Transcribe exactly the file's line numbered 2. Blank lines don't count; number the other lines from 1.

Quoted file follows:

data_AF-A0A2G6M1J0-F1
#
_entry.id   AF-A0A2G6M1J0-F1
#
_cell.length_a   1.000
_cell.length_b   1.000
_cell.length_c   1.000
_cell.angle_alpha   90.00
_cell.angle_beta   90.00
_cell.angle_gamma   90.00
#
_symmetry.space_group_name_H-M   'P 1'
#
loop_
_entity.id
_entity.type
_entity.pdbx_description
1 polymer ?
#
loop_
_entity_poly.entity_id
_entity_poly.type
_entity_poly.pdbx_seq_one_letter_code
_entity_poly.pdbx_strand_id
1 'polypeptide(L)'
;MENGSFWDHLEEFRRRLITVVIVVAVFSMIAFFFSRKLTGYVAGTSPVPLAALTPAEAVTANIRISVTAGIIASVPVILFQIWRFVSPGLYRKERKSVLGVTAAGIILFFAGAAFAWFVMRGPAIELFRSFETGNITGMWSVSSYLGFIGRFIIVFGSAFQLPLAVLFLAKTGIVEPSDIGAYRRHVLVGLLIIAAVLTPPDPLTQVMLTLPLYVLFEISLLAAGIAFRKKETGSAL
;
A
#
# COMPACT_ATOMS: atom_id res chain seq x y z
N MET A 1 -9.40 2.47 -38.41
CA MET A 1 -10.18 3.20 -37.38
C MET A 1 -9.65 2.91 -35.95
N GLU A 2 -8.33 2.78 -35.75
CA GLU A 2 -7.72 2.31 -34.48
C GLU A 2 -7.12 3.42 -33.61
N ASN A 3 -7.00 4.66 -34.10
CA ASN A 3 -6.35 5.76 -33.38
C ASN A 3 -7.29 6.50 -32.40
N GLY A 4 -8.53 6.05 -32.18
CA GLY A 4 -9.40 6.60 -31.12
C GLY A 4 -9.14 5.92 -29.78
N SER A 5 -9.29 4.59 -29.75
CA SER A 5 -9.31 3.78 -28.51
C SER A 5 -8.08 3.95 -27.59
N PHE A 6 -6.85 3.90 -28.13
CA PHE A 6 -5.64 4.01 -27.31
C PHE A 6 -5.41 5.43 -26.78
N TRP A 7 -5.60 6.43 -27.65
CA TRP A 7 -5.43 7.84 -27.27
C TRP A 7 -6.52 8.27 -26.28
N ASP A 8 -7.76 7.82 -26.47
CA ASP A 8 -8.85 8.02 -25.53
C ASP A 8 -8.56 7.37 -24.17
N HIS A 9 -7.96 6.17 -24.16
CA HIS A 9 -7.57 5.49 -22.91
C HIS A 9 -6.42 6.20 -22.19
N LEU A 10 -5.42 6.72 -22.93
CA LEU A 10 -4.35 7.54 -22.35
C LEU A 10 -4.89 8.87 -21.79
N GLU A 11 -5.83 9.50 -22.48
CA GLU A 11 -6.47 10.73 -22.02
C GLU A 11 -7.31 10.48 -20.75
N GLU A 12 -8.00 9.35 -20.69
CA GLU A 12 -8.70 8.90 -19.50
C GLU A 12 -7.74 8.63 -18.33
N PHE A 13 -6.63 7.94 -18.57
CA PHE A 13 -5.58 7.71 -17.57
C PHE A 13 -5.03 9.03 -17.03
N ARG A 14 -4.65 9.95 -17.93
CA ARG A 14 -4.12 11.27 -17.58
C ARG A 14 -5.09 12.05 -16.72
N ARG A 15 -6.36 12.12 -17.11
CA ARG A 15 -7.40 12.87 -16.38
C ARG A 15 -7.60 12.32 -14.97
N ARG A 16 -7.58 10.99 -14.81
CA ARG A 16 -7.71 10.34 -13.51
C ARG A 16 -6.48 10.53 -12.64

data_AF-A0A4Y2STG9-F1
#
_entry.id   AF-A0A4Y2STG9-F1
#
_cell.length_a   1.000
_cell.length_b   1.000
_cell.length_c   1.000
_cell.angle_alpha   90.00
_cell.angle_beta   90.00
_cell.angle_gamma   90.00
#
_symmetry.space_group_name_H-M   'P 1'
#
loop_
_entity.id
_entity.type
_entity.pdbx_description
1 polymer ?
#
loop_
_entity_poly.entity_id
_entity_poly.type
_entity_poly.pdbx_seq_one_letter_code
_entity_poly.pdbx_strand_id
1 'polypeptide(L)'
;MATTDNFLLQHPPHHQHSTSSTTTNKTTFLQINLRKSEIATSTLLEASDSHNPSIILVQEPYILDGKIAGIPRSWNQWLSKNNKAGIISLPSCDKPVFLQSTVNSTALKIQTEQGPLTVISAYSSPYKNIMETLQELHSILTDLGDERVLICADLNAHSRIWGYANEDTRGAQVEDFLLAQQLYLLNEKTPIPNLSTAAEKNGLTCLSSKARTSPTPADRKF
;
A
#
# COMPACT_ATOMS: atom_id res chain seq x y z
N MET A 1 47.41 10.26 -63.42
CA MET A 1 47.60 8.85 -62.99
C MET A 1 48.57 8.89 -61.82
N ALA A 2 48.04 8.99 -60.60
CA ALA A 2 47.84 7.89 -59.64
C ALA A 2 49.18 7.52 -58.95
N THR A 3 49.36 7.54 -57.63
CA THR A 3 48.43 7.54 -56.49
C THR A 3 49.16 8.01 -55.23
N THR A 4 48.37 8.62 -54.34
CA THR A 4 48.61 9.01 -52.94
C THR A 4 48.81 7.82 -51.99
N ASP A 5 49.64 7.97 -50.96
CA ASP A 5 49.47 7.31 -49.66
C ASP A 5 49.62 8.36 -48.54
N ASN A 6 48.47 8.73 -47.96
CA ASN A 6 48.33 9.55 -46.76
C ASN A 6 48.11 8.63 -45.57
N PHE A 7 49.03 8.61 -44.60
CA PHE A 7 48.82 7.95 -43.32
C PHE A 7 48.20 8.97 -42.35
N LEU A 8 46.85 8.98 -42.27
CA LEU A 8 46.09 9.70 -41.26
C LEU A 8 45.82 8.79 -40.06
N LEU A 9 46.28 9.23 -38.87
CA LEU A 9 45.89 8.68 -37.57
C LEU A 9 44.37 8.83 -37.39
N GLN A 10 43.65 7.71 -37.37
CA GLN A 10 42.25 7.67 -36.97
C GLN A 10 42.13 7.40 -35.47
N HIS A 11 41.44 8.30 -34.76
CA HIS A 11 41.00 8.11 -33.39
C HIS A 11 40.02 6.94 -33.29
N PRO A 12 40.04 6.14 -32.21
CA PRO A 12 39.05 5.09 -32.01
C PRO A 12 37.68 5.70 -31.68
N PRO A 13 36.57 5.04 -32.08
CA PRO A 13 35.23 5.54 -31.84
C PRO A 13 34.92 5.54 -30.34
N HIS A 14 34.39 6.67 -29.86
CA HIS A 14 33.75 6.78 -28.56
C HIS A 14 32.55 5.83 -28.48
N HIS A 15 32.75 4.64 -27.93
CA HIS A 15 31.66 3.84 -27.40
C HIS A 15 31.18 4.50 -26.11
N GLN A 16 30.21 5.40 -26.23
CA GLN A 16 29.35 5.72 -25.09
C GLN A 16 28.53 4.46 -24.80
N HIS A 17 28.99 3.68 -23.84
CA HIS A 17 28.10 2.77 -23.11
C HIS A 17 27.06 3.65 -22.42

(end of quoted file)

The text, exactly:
#